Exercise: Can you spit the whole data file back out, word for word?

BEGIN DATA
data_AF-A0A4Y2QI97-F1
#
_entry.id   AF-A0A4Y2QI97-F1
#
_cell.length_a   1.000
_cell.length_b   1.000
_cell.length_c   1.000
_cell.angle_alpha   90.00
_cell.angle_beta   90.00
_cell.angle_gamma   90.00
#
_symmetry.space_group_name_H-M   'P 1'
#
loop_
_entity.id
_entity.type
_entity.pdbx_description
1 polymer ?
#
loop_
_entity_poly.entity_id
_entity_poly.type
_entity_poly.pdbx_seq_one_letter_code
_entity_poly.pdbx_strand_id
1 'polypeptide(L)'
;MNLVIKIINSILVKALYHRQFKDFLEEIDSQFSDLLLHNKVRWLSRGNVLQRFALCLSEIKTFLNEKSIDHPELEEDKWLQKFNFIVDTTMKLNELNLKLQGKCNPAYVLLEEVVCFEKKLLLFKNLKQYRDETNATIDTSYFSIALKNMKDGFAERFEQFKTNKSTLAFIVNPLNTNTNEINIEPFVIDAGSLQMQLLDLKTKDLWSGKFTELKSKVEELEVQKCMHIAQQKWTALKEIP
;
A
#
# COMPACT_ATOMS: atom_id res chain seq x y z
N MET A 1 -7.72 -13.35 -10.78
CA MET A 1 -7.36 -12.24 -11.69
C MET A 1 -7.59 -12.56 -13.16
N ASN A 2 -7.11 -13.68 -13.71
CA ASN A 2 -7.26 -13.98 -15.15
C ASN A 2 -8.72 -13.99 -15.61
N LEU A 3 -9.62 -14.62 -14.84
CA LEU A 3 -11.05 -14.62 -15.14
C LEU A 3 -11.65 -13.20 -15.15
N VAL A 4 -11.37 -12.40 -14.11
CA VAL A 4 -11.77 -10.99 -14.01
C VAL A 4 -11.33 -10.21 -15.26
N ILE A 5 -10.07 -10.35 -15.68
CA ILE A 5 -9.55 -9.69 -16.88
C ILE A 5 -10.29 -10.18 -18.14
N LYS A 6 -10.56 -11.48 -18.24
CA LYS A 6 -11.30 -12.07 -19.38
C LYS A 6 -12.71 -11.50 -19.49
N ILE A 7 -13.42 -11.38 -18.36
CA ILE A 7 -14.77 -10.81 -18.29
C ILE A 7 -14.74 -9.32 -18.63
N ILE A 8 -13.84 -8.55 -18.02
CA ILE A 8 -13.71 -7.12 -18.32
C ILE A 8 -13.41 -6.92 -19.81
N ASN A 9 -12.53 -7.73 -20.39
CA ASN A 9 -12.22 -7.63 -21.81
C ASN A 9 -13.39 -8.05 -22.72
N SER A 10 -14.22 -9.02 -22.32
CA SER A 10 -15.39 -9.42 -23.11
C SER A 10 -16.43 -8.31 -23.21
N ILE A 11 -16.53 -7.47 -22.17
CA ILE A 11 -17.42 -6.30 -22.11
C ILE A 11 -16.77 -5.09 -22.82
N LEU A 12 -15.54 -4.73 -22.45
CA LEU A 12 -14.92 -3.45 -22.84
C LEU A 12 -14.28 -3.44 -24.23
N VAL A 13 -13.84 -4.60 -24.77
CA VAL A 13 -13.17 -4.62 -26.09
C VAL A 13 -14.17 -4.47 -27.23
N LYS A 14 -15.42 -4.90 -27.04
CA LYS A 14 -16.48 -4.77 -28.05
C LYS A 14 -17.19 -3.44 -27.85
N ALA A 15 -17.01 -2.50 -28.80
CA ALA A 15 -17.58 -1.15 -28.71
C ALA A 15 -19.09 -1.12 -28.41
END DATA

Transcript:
data_AF-A0A4Y2QI97-F1
#
_entry.id   AF-A0A4Y2QI97-F1
#
_cell.length_a   1.000
_cell.length_b   1.000
_cell.length_c   1.000
_cell.angle_alpha   90.00
_cell.angle_beta   90.00
_cell.angle_gamma   90.00
#
_symmetry.space_group_name_H-M   'P 1'
#
loop_
_entity.id
_entity.type
_entity.pdbx_description
1 polymer ?
#
loop_
_entity_poly.entity_id
_entity_poly.type
_entity_poly.pdbx_seq_one_letter_code
_entity_poly.pdbx_strand_id
1 'polypeptide(L)'
;MNLVIKIINSILVKALYHRQFKDFLEEIDSQFSDLLLHNKVRWLSRGNVLQRFALCLSEIKTFLNEKSIDHPELEEDKWLQKFNFIVDTTMKLNELNLKLQGKCNPAYVLLEEVVCFEKKLLLFKNLKQYRDETNATIDTSYFSIALKNMKDGFAERFEQFKTNKSTLAFIVNPLNTNTNEINIEPFVIDAGSLQMQLLDLKTKDLWSGKFTELKSKVEELEVQKCMHIAQQKWTALKEIP
;
A
#
# COMPACT_ATOMS: atom_id res chain seq x y z
N MET A 1 -7.72 -13.35 -10.78
CA MET A 1 -7.36 -12.24 -11.69
C MET A 1 -7.59 -12.56 -13.16
N ASN A 2 -7.11 -13.68 -13.71
CA ASN A 2 -7.26 -13.98 -15.15
C ASN A 2 -8.72 -13.99 -15.61
N LEU A 3 -9.62 -14.62 -14.84
CA LEU A 3 -11.05 -14.62 -15.14
C LEU A 3 -11.65 -13.20 -15.15
N VAL A 4 -11.37 -12.40 -14.11
CA VAL A 4 -11.77 -10.99 -14.01
C VAL A 4 -11.33 -10.21 -15.26
N ILE A 5 -10.07 -10.35 -15.68
CA ILE A 5 -9.55 -9.69 -16.88
C ILE A 5 -10.29 -10.18 -18.14
N LYS A 6 -10.56 -11.48 -18.24
CA LYS A 6 -11.30 -12.07 -19.38
C LYS A 6 -12.71 -11.50 -19.49
N ILE A 7 -13.42 -11.38 -18.36
CA ILE A 7 -14.77 -10.81 -18.29
C ILE A 7 -14.74 -9.32 -18.63
N ILE A 8 -13.84 -8.55 -18.02
CA ILE A 8 -13.71 -7.12 -18.32
C ILE A 8 -13.41 -6.92 -19.81
N ASN A 9 -12.53 -7.73 -20.39
CA ASN A 9 -12.22 -7.63 -21.81
C ASN A 9 -13.39 -8.05 -22.72
N SER A 10 -14.22 -9.02 -22.32
CA SER A 10 -15.39 -9.42 -23.11
C SER A 10 -16.43 -8.31 -23.21
N ILE A 11 -16.53 -7.47 -22.17
CA ILE A 11 -17.42 -6.30 -22.11
C ILE A 11 -16.77 -5.09 -22.82
N LEU A 12 -15.54 -4.73 -22.45
CA LEU A 12 -14.92 -3.45 -22.84
C LEU A 12 -14.28 -3.44 -24.23
N VAL A 13 -13.84 -4.60 -24.77
CA VAL A 13 -13.17 -4.62 -26.09
C VAL A 13 -14.17 -4.47 -27.23
N LYS A 14 -15.42 -4.90 -27.04
CA LYS A 14 -16.48 -4.77 -28.05
C LYS A 14 -17.19 -3.44 -27.85
N ALA A 15 -17.01 -2.50 -28.80
CA ALA A 15 -17.58 -1.15 -28.71
C ALA A 15 -19.09 -1.12 -28.41